Mostly, batteries – stored potential electricity – are our number one alternative source.  Lights, phones, computers, the internet, all run off batteries.  These get charged off our solar panels, or the generator, or when they are plugged in other places in the world.  Rechargeable batteries are in constant rotation (Eneloops rock).

Tools other than cordless, like a table saw, need the amperage only the generator can supply.  Turning on the generator is a minor event.  It starts with one of us announcing the forthcoming use of the generator:  “I need to vacuum/charge my computer/make some cuts”.  Then all the things, and their associated wires, must be gathered up and plugged in in the charging area, to take advantage of the time that the generator is on.  Plans are made:  “Well if you’re going to have it on anyway, then I should vacuum, and transfer some files to my (AC dependent) external hard drive. ”  It’s not a bad thing, to have to turn on the genny once in awhile.  Every few days, it runs for an hour or two, maybe less.  We can go a long time without it during periods of sun.

So far so good.  We watch movies on our rechargeable laptops, don’t stint on the internet, use only cell phones and battery lowered lights.

Water and Electricity

Everything to do with water is where we get into the afore-mentioned primitive nature of our situation.  Water is heavy.  It takes a lot of energy to move it from place to place.  Exactly how much energy is quickly forgotten when it’s being done by cheap and readily available electricity, and quickly remembered once you start moving it around by hand.

First, pump it up out of the ground, an essential job usually done by friendly neighbourhood electrons.  Because lifting water through the air with a pump is an onerous job, rainfall is very abundant here, and the well usually goes dry briefly at the end of summer, I’ve become a nut about catching rainwater.  There are more elegant ways to do it, but I’m at stage 1- buckets and barrels.   This is not a good look. Buckets everywhere.  And it’s work- cleaning the buckets so the water stays clean, storing and readying them, filtering the water.  But less work, to catch water off a steel roof than carry it across a field.  In the winter, this turns to clean snow and ice collection, and melting.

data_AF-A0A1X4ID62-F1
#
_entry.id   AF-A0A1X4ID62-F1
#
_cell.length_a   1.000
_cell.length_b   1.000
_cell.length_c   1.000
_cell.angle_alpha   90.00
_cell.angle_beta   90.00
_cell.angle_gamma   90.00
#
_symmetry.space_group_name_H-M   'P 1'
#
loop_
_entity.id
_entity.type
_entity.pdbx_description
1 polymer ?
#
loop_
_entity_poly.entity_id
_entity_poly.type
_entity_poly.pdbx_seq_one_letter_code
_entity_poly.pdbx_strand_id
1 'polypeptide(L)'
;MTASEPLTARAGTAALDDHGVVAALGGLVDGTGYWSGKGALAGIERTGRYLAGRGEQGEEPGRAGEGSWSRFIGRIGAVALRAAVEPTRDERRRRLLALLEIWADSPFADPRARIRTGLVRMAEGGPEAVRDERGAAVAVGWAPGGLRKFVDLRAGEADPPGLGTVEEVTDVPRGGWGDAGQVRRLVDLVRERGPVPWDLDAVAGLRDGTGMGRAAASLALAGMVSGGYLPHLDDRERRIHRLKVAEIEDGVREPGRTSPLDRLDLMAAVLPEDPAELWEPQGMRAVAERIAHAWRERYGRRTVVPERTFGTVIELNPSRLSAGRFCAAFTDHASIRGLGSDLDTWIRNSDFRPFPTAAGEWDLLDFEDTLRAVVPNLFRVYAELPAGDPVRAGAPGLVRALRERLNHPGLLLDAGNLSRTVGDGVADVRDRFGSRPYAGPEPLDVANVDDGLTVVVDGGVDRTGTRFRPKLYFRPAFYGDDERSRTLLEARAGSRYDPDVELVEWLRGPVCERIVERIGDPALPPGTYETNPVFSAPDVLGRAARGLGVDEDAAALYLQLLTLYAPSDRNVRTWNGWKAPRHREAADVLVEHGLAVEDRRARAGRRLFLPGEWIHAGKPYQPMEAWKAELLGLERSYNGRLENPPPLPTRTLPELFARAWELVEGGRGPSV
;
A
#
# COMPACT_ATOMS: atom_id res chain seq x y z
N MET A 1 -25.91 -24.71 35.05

We people use a lot of water.  Drinking, preparing food, washing the things, washing ourselves.  The chickens consume a lot of water.  Pigs, even more.  Cows drink huge quantities, transforming so much of it to milk.  When you are intimately involved with all the water that you use, because you catch, hold, transport, pump, heat, or melt every drop, you use one hell of a lot less than when it just flows past you from tap to drain while your mind wanders.

The other aspect of electricity and water is the hot water heater, which is generally forgotten in the basement until the bottom rusts out and it empties on the floor and you become glad you are renting, or wish you were.  Hot water an option with a flick of the wrist.  On-demand propane is an awesome alternative to that hot water heating behemoth, and the usual choice for the off-grid life.  We have an ideal one that we use for showers, but it is not yet integrated into daily life.  By that I mean, hanging it on a tree by the well, and one person showers while the other pumps, is not “well-integrated”.

I am definitely looking forward to moving up to stage 2 or 3 vis a vis water and hot water – more sophisticated water collection and supply – gravity feed, or solar, low volt pumps, and truly on-demand hot water.  It won’t be hard to get more sophisticated than buckets, but this bit of convenience requires an investment of work we have not yet had time for.